Brief REflections on Change in Church and Society

2021-12-28 10:20:50 作者:Rev. Timothy Kilkelly MM 来源:信德网

Introductory Remarks

I was asked to share some memories and personal experiences of the changes that have taken place in the Chinese church and society over the years that I have been blessed through my relationship to the people and culture of China.   Over the years, this relationship has grown through a series of shorter and sometimes longer visits.  There was also a period of some two years where I studied language in Jilin and later served as an English teacher at Wuyi, University in Jiangmen, Guangdong Province.   In more recent years, I have continued my visits to China to order to interview students in application to the Maryknoll sponsored study program that began in 1991.  

China and early Childhood Experience

My connection to things Chinese really began when I was a boy.  I was one of seven children and my family gathered at 6pm each evening for the family dinner. My father worked in business, and every evening he would arrive home at the same time and the entire family would gather around the family table for the evening meal.  Generally my mother gave preference to my father’s tastes, and one of my father’s favorite dishes was called Chow Mein.   It may be apparent to some that the proper translation of this dish is Chao Mian. (炒面 ) Every few weeks the family would enjoy this meal of noodles and stirred vegetables.  It is true that frequently one discovers the foods one likes early in life.  I discovered that noodles of any variety is one of my comfort foods.  It is my meal of choice when I am looking for something light and tasty when visiting China.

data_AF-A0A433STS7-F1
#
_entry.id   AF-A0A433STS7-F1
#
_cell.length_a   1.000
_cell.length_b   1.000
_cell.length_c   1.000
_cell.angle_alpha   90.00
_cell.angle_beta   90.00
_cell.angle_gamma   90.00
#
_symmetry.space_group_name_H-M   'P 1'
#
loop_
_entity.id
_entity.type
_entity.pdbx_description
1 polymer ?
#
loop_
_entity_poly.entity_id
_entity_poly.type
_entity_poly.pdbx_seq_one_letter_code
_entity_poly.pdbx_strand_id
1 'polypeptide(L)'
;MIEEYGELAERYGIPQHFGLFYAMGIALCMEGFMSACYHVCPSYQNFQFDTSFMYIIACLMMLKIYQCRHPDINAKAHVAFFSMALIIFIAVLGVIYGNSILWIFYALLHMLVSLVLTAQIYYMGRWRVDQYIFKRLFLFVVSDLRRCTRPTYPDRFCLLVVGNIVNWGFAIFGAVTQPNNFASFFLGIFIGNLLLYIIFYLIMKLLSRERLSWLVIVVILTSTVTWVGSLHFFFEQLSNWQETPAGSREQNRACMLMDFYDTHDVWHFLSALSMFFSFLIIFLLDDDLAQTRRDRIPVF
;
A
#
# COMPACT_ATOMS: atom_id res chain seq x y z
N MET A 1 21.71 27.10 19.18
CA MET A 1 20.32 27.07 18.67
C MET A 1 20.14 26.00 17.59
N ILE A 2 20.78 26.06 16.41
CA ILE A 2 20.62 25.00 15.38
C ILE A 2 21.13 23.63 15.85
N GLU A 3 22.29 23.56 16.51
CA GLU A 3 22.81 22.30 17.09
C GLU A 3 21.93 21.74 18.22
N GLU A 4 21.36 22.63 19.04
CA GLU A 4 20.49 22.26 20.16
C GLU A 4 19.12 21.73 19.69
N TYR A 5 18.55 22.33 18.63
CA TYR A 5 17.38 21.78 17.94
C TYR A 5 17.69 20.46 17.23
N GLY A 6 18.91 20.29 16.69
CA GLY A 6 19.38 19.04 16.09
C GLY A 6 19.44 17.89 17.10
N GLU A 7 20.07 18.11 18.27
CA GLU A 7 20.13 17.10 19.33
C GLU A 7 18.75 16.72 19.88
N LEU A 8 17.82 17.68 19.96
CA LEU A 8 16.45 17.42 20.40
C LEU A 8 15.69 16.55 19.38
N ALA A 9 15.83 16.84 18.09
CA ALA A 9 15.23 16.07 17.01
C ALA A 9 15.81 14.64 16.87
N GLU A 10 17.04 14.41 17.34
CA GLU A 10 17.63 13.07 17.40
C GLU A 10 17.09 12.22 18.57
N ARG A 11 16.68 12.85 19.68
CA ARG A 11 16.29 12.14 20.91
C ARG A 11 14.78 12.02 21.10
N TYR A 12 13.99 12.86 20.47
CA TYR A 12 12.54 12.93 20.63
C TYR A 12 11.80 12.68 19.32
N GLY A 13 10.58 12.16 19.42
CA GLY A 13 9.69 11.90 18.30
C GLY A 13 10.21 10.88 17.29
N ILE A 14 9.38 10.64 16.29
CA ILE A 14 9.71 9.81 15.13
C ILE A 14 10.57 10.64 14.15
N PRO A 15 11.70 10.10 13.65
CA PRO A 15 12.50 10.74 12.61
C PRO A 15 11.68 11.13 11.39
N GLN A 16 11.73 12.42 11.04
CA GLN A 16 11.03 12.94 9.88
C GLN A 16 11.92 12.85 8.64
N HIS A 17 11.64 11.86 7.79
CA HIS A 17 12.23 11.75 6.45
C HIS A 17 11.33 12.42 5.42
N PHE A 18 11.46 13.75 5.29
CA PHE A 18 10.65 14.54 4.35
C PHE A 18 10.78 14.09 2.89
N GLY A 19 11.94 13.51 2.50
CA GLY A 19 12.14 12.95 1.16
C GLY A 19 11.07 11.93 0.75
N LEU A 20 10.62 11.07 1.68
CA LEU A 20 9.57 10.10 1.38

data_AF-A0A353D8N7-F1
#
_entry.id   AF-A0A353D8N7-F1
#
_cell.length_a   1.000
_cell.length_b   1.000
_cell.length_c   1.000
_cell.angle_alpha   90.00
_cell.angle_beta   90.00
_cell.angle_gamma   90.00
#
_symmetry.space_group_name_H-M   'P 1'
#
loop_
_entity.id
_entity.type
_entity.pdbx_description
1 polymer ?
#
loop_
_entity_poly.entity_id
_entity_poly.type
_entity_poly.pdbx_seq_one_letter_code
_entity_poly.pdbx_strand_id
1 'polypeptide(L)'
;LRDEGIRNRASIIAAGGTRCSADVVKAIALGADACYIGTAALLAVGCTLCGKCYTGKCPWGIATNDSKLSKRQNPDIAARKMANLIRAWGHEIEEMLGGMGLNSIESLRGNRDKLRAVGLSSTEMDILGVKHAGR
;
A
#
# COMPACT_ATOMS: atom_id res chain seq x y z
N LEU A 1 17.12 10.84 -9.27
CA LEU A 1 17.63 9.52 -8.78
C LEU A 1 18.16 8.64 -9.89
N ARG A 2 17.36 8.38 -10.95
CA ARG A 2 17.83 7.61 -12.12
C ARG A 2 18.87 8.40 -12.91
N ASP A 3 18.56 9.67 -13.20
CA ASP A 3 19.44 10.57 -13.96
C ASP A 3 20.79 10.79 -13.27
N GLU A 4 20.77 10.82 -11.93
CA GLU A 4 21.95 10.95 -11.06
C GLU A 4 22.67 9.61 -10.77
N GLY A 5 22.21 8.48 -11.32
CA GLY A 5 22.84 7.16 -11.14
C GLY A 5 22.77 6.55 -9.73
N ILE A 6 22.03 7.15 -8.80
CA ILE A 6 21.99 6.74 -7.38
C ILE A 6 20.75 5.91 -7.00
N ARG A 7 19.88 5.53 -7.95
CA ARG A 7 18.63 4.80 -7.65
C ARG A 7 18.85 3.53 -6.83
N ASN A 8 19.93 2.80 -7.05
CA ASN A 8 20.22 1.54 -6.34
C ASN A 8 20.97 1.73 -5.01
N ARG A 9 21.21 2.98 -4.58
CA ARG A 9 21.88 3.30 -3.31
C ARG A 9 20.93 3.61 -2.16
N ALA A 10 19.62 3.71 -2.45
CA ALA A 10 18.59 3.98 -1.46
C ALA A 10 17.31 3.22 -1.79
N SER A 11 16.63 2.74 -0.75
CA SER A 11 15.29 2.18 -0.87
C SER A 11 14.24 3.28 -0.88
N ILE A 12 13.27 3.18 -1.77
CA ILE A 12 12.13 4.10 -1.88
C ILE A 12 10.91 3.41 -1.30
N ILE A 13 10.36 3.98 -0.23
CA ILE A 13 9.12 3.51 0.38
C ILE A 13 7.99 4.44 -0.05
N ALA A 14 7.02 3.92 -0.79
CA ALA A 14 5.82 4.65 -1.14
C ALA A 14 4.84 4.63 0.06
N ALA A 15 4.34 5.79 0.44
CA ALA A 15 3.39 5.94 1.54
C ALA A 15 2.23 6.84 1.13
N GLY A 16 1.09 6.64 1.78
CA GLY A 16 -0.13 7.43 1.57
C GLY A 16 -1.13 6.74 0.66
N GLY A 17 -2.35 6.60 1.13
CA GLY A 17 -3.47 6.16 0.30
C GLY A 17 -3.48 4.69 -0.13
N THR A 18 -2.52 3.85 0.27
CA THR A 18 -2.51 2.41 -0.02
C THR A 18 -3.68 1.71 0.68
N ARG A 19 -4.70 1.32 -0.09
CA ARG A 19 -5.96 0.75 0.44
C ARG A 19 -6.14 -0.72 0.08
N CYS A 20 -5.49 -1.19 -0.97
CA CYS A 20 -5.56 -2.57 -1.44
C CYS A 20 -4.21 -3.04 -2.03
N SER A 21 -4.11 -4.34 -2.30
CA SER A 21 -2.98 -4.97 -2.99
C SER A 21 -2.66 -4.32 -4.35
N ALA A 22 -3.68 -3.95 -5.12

The first Chinese person I met and came to know was my 5th Grade teacher in my Catholic Primary School.  Her name was Miss Qian(钱老师)and she taught us all the subjects and I was especially grateful for her teaching in music. 

Early Adulthood and my Impression of my First Experience in China

My interest in Asia in general and in China in particular took another step forward in during my university years.  It was during this time that I was exploring a vocation to the priesthood and I chose to make a visit to Hong Kong in 1982 to visit the Maryknoll community there.  Most of this 30 day adventure was spent in Hong Kong, visiting various Maryknoll ministries, but there was an unforgettable experience that took place in mid-June of 1982.  We traveled to Macau first and from there crossed the border into the Mainland.  Our destination was the village of Cuiheng and the memorial garden constructed to remember the birthplace of Mr. Sun YatSen, considered by many to be the father of modern China.This short trip afforded me the opportunity to learn about a key figure in modern Chinese history.  In addition, visiting China filled me with some other strong first impressions that remain fresh in my memory.   Here I will name just a few.